World War II in Focus | History, June 2019

From Pearl Harbor to D-Day and beyond, these seven new titles reexamine the events and repercussions of World War II.

Borneman, Walter R. Brothers Down: Pearl Harbor and the Fate of the Many Brothers Aboard the USS Arizona. Little, Brown.
May 2019. 368p. photos. maps. notes. bibliog. index. ISBN 9780316438889. $30; ebk. ISBN 9780316438872. HIST
With the largest single military naval disaster in American history comes an unexpected tragedy. Using primary sources, including interviews and letters, historian Borneman (The Admirals) deftly brings to life the men serving aboard the USS Arizona and illuminates the tales of the 38 sets of brothers who lived and worked together until the Japanese attack on Pearl Harbor. Placing the human story of the Arizona among the political melee that surrounded the United States entering World War II adds great depth to the history of December 7, 1941, and honors those unable to tell their tales for themselves. Offering valuable insight into an event that would eventually help shape how the U.S. military handled family enlistments throughout the war, Borneman gives voice not only to the sailors and marines of Pearl Harbor but also to their parents, wives, and siblings left behind.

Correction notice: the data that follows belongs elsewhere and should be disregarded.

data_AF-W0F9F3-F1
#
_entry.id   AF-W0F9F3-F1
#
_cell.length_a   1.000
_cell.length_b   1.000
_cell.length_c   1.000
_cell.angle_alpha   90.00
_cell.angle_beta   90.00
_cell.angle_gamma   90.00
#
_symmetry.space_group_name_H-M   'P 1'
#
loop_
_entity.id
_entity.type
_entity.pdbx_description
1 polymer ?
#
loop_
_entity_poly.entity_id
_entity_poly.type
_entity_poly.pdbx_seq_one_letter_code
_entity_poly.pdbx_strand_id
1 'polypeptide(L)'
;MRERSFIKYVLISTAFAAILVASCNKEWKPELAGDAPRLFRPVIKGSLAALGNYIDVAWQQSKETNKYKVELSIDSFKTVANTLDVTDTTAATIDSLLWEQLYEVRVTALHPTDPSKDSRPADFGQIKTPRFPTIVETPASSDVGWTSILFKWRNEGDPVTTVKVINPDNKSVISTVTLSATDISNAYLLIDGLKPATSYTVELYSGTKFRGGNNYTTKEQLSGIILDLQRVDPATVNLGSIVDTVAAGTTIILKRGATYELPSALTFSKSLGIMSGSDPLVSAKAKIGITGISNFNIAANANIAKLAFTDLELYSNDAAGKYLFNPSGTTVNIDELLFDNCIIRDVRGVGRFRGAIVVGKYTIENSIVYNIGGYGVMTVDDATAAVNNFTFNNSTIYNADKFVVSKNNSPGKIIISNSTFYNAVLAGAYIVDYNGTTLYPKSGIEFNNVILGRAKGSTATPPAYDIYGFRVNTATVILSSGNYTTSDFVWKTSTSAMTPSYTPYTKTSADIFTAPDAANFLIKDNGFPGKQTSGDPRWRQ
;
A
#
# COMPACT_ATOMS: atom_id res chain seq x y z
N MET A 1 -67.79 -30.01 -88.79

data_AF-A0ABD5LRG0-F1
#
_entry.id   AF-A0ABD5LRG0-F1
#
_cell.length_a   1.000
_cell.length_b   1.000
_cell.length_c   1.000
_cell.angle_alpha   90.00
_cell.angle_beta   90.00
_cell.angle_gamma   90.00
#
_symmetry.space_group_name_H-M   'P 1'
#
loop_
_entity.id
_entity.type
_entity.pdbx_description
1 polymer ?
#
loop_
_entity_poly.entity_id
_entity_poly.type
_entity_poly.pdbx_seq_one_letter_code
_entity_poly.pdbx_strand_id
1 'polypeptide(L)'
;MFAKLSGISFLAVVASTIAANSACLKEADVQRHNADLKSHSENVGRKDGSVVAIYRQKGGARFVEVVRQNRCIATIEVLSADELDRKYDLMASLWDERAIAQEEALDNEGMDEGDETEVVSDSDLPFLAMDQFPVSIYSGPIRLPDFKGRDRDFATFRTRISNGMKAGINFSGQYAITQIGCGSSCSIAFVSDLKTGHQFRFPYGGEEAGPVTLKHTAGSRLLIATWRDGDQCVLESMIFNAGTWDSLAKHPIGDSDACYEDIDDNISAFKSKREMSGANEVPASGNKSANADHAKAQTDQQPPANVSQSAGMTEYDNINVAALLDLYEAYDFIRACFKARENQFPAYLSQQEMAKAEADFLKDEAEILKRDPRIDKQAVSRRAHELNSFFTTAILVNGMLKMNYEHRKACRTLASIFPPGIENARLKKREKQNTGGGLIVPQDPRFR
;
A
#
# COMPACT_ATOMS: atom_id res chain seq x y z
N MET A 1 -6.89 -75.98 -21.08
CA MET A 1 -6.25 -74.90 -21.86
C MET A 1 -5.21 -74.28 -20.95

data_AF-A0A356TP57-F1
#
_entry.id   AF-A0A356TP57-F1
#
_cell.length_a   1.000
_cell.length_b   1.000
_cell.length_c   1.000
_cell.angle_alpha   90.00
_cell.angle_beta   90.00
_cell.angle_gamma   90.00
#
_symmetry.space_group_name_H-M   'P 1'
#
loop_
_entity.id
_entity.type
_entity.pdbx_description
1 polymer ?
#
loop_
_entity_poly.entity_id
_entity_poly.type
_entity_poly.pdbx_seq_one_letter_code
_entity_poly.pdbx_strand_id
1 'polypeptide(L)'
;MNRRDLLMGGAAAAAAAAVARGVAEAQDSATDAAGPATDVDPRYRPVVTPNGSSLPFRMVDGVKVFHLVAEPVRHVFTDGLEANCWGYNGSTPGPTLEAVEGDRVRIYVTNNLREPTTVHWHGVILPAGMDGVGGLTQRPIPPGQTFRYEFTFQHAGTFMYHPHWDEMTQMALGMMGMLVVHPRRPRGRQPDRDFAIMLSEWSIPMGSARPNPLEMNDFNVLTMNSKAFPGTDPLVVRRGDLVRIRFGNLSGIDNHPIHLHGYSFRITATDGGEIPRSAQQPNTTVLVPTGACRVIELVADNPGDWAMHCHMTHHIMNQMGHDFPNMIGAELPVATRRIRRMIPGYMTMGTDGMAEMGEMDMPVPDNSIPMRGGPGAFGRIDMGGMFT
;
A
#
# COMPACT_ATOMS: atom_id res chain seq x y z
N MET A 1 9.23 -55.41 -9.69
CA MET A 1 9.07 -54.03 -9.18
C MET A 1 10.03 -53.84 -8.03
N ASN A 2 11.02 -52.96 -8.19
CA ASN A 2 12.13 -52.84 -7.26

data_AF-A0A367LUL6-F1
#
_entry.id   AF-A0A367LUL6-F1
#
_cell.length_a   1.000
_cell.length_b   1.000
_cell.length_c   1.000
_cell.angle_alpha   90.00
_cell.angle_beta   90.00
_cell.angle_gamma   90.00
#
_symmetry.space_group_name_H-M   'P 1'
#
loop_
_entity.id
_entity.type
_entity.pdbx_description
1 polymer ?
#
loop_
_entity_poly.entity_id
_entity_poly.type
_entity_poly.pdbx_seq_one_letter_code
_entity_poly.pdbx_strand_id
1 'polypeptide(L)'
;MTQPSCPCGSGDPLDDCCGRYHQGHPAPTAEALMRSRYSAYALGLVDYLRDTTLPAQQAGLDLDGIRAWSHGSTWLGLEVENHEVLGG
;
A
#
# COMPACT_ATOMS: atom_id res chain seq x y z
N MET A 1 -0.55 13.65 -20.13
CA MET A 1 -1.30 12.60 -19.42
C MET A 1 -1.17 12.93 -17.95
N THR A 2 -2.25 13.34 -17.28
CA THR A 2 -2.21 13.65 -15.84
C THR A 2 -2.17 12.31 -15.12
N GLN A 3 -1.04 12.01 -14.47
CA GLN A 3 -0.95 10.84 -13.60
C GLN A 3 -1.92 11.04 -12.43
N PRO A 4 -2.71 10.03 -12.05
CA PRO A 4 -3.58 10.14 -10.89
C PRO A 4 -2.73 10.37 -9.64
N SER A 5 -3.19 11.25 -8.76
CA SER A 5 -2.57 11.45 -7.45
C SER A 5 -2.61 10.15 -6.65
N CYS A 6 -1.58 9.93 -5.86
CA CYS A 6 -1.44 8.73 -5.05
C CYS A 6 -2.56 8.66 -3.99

VERDICT An excellent popular history, this intimately researched text will appeal to anyone with interest in military or maritime history as well as those who enjoy personal narratives.—Elan Ward, Arizona Western Coll., Yuma

Hamilton, Nigel. War and Peace: FDR’s Final Odyssey: D-Day to Yalta, 1943–1945. Houghton Harcourt. (FDR at War, Bk. 3). May 2019. 592p. photos. maps. notes. index. ISBN 9780544876804. $30; ebk. ISBN 9780544868540. HIST
Drawing from primary documents that President Franklin D. Roosevelt planned to use to write his memoirs, as well as diaries from people close to the major figures involved in planning D-Day and the end of World War II, Hamilton presents the final installment of his bibliographic trilogy, after The Mantle of Command and Commander in Chief, tracing an engaging and eye-opening series of events from the Tehran Summit through the Yalta Conference and finally Roosevelt’s untimely death in 1945. Challenging what is conventionally and popularly known about the final political moves of the war through Churchill’s memoirs, the book shows how intimately involved Roosevelt was in coordinating military plans, handpicking leaders, and lobbying for maneuvers to help end the war, even when faced with extreme opposition and suspicion from Winston Churchill and Joseph Stalin. Providing more context about the planning of D-Day, this work makes an ideal companion to presidential historian Michael Beschloss’s The Conquerors: Roosevelt, Truman and the Destruction of Hitler’s Germany, 1941–1945 .
VERDICT A fantastic read on its own or as part of the series for anyone interested in World War II political history or presidential memoirs.—Elan Ward, Arizona Western Coll., Yuma

redstar Holland, James. Normandy ’44: D-Day and the Battle for France. Atlantic Monthly. Jun. 2019. 720p. notes. bibliog. index. ISBN 9780802129420. $35; ebk. ISBN 9780802147097. HIST